Indecency in the Suburbs: Serial Mom Turns 25
Written by Joe Lipsett | @bstolemyremote
Throughout the 70s and most of the 80s John Waters was a celebrated auteur of trash cinema. In the twenty years that followed Pink Flamingos, which established him as a director of gross indecency, Waters directed five other films – but only two of them dared to color closer to the mainstream: Hairspray, the body positive, dance-obsessed film about racial segregation, and Cry-Baby, the James Dean-inspired “wrong side of the tracks” romance starring Johnny Depp. Both were period dramas and focused on youth culture, but they maintained Waters’ penchant for satire, dry humor and (often) offensive humor.
1994 marked a change of pace for Waters. Serial Mom is a modern film, with an adult protagonist, and it is firmly entrenched in the scariest of locations: suburbia. The film centers around a suburban housewife who literally turns serial killer over the course of a single weekend, and, in the process, reflects (with astute observation) the ridiculousness of the white picket fence fantasy that defined the United States throughout the 80s and early 90s. Although David Lynch gets the lion’s share of credit for 1986’s Blue Velvet, the sartorial and critical eye of Waters’ most accessible mainstream film is just as acute.
Things begin innocuously enough as the Sutphins, a middle-class white suburban family, sit together at the breakfast table to share a meal. Dentist father Eugene (Sam Waterston) reads the newspaper, while daughter Misty (Waters favorite, Rickki Lake) and Chip (Matthew Lillard) politely bicker. On the periphery, preparing the food and fastidiously stalking an errant fly, is mother Beverly (Kathleen Turner). Over innocuous conversation, Beverly eagerly tracks the insect, waiting for the optimal moment to strike before eventually leaving a blood splattered corpse on the table. It’s the perfect introduction to both the character, as well as Serial Mom’s mix of tones, which alternate seamlessly between camp (naturally), social commentary/satire and the macabre.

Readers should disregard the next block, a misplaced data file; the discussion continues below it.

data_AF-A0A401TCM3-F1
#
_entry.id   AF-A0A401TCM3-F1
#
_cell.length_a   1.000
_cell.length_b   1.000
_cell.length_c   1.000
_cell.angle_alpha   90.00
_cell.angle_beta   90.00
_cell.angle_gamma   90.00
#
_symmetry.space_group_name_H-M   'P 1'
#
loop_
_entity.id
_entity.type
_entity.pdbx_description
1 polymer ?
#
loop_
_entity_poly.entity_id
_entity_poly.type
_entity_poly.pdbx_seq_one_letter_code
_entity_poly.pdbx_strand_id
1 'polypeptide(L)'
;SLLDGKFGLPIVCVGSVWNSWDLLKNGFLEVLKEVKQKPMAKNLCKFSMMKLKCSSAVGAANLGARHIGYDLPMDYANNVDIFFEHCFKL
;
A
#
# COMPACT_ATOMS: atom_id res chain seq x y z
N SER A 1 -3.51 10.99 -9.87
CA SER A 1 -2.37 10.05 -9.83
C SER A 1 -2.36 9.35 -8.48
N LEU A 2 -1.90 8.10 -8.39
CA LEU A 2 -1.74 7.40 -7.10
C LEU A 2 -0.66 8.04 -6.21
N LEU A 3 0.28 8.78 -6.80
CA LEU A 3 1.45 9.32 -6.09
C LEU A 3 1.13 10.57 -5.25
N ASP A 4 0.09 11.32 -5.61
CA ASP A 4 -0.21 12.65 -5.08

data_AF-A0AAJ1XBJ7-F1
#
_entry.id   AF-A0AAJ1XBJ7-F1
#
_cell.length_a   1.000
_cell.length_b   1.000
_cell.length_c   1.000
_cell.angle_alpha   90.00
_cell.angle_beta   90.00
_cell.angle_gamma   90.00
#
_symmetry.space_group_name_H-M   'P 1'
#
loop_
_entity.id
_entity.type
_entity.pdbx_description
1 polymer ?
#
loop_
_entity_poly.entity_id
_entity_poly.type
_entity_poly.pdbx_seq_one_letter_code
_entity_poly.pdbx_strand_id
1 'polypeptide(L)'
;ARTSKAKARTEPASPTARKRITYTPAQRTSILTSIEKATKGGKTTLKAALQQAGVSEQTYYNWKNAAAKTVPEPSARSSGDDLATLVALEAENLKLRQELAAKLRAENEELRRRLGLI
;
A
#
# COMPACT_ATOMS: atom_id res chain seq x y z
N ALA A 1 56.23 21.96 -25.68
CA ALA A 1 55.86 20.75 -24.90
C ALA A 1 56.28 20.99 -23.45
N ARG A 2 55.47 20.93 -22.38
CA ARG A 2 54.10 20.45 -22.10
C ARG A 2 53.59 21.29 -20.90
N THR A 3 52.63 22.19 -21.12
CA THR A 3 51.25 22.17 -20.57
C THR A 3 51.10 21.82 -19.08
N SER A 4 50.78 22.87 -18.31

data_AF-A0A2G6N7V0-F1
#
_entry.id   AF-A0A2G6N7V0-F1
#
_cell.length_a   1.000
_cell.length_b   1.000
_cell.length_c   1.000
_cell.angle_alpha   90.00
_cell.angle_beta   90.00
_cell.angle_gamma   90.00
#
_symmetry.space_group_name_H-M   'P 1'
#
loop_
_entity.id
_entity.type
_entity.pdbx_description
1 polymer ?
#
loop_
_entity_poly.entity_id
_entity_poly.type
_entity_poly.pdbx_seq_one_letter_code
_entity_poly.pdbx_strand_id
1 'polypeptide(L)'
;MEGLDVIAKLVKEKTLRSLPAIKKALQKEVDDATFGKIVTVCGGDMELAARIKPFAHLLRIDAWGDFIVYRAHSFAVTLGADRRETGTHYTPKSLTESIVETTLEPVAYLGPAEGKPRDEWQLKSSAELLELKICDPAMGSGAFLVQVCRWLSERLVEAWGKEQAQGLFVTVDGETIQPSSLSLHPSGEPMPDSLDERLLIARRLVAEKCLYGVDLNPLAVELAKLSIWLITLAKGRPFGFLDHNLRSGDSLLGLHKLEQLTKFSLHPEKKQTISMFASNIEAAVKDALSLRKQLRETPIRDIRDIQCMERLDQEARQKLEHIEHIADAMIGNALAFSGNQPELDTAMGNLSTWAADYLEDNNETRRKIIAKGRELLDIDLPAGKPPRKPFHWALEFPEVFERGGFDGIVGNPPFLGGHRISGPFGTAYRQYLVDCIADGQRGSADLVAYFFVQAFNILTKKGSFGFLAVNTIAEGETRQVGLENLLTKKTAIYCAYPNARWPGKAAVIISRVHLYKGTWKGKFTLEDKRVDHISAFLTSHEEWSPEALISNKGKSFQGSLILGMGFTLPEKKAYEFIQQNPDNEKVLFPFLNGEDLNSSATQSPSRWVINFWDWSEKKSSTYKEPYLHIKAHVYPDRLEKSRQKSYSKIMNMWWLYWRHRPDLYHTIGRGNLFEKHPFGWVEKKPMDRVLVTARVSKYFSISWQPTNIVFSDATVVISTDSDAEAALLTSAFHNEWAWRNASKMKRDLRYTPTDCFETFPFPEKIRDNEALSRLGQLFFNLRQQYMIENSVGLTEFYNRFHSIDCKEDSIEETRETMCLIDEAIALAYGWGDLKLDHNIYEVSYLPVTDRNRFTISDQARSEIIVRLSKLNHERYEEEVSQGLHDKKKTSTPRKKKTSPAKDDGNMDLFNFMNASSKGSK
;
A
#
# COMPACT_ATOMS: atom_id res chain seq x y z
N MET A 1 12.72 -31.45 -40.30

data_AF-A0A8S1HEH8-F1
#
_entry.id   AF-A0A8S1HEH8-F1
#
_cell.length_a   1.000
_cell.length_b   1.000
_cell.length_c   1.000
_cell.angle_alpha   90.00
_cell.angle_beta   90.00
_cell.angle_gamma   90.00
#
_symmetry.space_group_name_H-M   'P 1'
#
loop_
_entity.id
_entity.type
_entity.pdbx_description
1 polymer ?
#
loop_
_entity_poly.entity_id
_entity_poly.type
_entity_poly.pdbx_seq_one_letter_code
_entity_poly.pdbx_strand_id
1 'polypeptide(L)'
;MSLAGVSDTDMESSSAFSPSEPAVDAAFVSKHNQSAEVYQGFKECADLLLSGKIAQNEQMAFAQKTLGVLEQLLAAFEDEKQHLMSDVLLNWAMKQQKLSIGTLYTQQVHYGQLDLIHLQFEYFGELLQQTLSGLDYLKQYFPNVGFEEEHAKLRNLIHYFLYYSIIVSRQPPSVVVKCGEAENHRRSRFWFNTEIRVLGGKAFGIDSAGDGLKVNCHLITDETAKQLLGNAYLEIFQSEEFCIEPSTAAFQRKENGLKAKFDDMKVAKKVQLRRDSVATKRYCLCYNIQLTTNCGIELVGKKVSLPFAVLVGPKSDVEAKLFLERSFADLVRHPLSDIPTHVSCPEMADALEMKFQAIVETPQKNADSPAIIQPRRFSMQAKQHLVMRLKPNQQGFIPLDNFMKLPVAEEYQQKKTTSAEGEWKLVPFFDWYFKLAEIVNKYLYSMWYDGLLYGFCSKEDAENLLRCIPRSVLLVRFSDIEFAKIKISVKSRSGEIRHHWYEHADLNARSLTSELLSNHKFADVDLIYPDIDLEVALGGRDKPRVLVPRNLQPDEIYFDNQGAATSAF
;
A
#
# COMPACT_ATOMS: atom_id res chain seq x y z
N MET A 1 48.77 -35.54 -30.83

One of the film’s more ridiculous satirical components is Waters’ explicit tracking of time. The majority of the action in Serial Mom takes place over three days (May 14-16) and the film is filled with time quotes. Part of the joke is that Beverly depreciates into murderous rampage so quickly and suddenly; in many ways it defies explanation, although her fascination with various serial killers (the Manson biography she reads at night, the pin-up photo of Richard Speck, the audiotape of Ted Bundy) suggests that she has been threading the needle between housewife and homicidal for some time. Naturally Waters’ use of the time clock is less of a narrative device than a tool to poke fun at true crime stories, which in hindsight, two decades later, is a piece of very prescient satire considering the recent renewed interest in the genre.
The single best conceit about Serial Mom is Beverly’s motivation. While she clearly has an interest in murder, her crimes belie the fantasy of every day folks. She liberally murders her victims for the most average, mundane reasons: avenging her daughter’s broken heart, protecting her son’s right to watch horror films, and, in one hilarious case, for refusing to rewind a video cassette. These are patently not reasons to kill someone, but they are incredibly relatable. Who among us has not wished to strike down a rude acquaintance or make an obnoxious stranger pay for cutting in line at the grocery store? Beverly is a kind of suburban folk hero and Waters’ script - along with Turner’s performance and the film’s aesthetic styling - continually play on the idea that murder is a public service when it is committed to protect your family or to uphold public decency and decorum.